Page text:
Fig. 1 Analysis of a doped Hubbard chain.

(A) Experimental spin and density-resolved image of a single, slightly doped Hubbard chain after a local Stern-Gerlach-like detection. The reconstructed chain is shown below the picture. (B) Illustration of the magnetic environment around a hole. For aligned spins (top) the hole cannot freely delocalize because of the magnetic energy cost J, which is absent for anti-aligned spins (bottom). (C) Illustration of hole-induced AFM parity flips, squeezed space, and string correlator. Hole doping leads to AFM parity flips highlighted by the color mismatch between the spins and the background (top). Squeezed space is constructed by removing all sites with holes from the chain (bottom left). In the string correlator analysis, the flip in the AFM parity is canceled by a multiplication of –1 for each hole (bottom right). Comparing either of these analyses to the conventional two-point correlator reveals the hidden finite-range AFM order in the system.

Embedded Image(1)

The fermion creation (annihilation) operator is denoted by Embedded Image (Embedded Image) at site i for each of the two spin states Embedded Image and the operator Embedded Image counts the number of atoms with spin σ at site i. The energy offsets εi result from an additional confinement caused by the lattice beams, which leads to a smoothly changing local density Embedded Image. At half filling in the strong coupling limit (Embedded Image), the Fermi-Hubbard model reduces to a Heisenberg spin chain with Embedded Image and supports quasi–long-range antiferromagnetic (AFM) order at zero temperature (1). The doped system is described at long wavelength by Luttinger liquid theory, which predicts at zero temperature an algebraic decay of the spin correlations with distance that is faster than the one of the Heisenberg model (3). This decay can be understood from spin-charge separation, allowing holes to freely move in the AFM spin-chain. Consequently, the spins around the hole are anti-aligned, and the sign of the staggered magnetization Embedded Image, called AFM parity, changes. This implies that a hole acts as a domain wall of the AFM parity, which reduces the spin correlations. The spin order, however, is still present and can be revealed either in squeezed space by effectively removing the holes in the analysis or by evaluating string correlators, which take the AFM parity domain walls into account by flipping the sign of the correlator (Fig. 1C). Analytic and numerical studies (18) have shown that at zero temperature, the two-point spin correlations in squeezed space are comparable to the ones of a pure Heisenberg chain, for any doping and any repulsive interaction U. This is readily understood in the Embedded Image limit, where the many-body wave function Embedded Image factorizes exactly into a density Embedded Image and a spin Embedded Image part (15, 28). The spin degree of freedom is described by a Heisenberg model in squeezed space with the spins “living” on a lattice defined by the positions of spinless, noninteracting fermions (16). Distances in squeezed space Embedded Image are shorter by the number of holes within this distance Embedded Image, leading on average to a rescaling by the spinless fermion density Embedded Image. Even at nonzero temperature and finite interactions, the spin correlations in squeezed space are governed by a Heisenberg model with a renormalized exchange coupling Embedded Image that depends on the original density n (27).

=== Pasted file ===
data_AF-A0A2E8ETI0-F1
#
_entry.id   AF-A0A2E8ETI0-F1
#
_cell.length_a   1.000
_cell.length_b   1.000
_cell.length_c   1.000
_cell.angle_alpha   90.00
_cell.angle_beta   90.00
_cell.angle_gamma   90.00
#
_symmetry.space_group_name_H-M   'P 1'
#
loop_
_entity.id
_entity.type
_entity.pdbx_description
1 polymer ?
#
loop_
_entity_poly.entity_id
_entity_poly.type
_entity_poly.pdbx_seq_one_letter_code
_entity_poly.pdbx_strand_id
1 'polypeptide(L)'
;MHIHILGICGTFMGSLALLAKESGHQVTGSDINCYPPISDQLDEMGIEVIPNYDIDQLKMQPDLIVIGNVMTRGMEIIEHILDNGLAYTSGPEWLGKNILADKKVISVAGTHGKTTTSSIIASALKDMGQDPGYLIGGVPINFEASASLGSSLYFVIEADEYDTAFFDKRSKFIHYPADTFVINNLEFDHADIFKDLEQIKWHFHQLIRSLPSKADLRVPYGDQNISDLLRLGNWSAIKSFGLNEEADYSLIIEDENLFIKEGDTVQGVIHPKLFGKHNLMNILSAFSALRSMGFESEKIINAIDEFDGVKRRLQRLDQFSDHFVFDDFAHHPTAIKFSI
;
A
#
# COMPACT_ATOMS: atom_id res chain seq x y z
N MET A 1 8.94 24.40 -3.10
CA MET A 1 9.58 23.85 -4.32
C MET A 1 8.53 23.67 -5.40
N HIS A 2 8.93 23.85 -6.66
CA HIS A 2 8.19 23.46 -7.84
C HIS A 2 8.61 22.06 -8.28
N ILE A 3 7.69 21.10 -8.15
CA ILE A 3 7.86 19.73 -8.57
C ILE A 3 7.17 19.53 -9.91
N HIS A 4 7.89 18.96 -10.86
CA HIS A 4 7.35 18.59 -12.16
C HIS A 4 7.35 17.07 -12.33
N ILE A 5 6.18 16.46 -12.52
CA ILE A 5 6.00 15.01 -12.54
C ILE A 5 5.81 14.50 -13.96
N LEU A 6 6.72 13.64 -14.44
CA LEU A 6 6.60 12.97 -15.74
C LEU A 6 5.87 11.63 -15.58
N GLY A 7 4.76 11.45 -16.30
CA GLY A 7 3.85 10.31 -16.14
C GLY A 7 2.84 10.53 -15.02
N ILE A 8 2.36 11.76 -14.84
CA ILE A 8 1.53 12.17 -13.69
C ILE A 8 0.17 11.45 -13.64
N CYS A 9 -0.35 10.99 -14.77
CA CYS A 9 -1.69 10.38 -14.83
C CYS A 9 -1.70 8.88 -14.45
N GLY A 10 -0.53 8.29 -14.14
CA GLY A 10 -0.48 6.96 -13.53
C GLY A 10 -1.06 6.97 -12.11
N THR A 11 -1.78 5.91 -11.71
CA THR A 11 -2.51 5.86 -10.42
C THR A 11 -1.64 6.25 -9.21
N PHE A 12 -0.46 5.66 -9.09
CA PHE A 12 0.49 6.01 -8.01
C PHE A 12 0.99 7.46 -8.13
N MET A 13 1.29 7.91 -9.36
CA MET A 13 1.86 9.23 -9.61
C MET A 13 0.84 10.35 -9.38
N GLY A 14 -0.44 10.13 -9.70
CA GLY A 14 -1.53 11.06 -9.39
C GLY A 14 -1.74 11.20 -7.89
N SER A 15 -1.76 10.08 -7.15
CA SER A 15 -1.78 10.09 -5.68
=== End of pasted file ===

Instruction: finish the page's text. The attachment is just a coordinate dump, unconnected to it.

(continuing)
The experiment started with a two-dimensional degenerate two-component Fermi gas. Using the large spacing component of an optical superlattice (Embedded Imagem), we divided the system into about 10 independent one-dimensional tubes. The Fermi Hubbard chains were then realized with a lattice of 1.15-µm spacing along the tubes. The atom number was set such that the maximum density in the chains was typically just below unity. At the end of the lattice ramps, the tunneling amplitude reached t = h × 400 Hz, and the confinement caused by the lattice beams fixed the length of the central tubes to about 15 sites. The onsite repulsion U was tuned to h × 2.9 kHz using the broad Feshbach resonance between the hyperfine states Embedded Image and Embedded Image to set a scattering length of 2000 Bohr radii at the end of the lattice ramps, resulting in an exchange interaction of J = h × 220 Hz. These parameters and the lattice ramps have been optimized to produce cold, strongly interacting doped Hubbard chains (27). For the detection of the spin and density degrees of freedom, the lattice depth along the tubes was rapidly increased, followed by a local Stern-Gerlach–like detection with a magnetic field gradient and the short-scale component of a superlattice transverse to the tubes (25). Applying Raman sideband cooling for 500 ms, we collected fluorescence photons on an EMCCD (electron multiplying charge-coupled device) camera to form a high-contrast and site-resolved image of the atomic distribution (22) (Fig. 1A). Following our analysis in (25), we estimated the temperature in the central chains to be Embedded Image or Embedded Image, which corresponds to an entropy per particle of Embedded Image (where kB is the Boltzmann constant).